Kentucky hemp company researching cultivation in space

Kentucky hemp company researching cultivation in space

Original Source: Kentucky hemp company researching cultivation in space

Earlier this month, Winchester-based Atalo Holdings sent hemp seeds into space to learn about the potential to cultivate hemp under different gravity levels than Earth. Space Tango, a Kentucky-based space research company, will be carrying out the research and believe that by exposing hemp seeds to the environment in space, it could reveal biological functions of hemp that couldn’t take place on Earth.

Read the full report from Hemp Industry Daily below:


A Kentucky hemp company is sending seeds into space to see what changes when the plant has less gravity.

Winchester-based Atalo Holdings’ seeds will hitch a ride to the International Space Station aboard SpaceX 17, scheduled to launch Friday.

Scientists will be looking at how hemp propagates in microgravity, which could give botanists clues to how hempseeds behave when stressed.

The research will be carried out by Space Tango, a for-profit space research company in Louisville, Kentucky.

Space experimentation can give cultivators valuable insights. Space Tango previously carried out similar research on barley for Budweiser.

Joe Chappell, a University of Kentucky pharmacist who consults on the research, said in a statement that microgravity can reveal biological functions that aren’t obvious on Earth.

“Understanding how plants react in an environment where the traditional stress of gravity is removed can provide new insights into how adaptations come about,” Chappell said.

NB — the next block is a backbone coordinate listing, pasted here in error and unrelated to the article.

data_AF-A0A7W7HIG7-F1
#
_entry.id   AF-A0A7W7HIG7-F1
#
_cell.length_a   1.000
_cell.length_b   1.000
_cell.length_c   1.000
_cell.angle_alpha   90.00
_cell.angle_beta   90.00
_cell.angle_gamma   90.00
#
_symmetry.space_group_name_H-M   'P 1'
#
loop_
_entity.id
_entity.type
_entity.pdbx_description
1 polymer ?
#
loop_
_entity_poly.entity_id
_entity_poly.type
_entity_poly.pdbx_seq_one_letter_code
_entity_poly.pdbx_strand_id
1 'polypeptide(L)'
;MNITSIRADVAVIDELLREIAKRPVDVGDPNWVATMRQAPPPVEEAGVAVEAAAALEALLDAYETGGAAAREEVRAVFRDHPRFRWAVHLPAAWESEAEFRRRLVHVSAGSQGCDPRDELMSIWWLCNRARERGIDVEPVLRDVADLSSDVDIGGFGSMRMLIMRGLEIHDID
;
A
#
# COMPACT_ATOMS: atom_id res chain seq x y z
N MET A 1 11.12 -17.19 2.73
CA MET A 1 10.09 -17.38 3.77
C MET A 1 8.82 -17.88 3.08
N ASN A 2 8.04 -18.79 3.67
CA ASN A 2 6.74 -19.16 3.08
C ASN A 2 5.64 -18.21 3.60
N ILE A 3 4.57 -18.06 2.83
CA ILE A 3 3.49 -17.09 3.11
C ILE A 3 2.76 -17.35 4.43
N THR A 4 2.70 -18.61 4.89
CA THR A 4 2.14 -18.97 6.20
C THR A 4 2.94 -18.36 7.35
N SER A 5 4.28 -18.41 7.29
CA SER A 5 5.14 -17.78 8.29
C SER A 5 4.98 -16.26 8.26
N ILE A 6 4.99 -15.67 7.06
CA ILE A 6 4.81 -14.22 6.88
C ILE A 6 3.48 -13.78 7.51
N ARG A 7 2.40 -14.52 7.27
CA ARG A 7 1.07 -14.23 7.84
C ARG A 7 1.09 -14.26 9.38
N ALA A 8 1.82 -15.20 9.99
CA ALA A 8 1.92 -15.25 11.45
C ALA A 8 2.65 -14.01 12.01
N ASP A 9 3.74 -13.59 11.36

The launch is scheduled for Friday morning from Kennedy Space Center in Florida. The hemp is scheduled to stay in space for six weeks before returning to Earth.

Also headed for research on the trip are some artificial lungs being researched for disease response, and some cell cultures being studied for capillary action, among other experiments.

Space Tango and Atalo Holdings say the hemp research won’t be proprietary and [those] findings will be shared with the public because it “may assist in developing biomedical applications related to CBD.”

This article was republished on from the original article, Kentucky hemp company researching cultivation in space, which was originally published on 2019-05-02 03:00:08 (based on the date that was listed on the original article at the time it was republished). We shared this article on because our editorial staff believed that its context was useful and helpful to our readers. If you have any questions regarding this article, please email us at .

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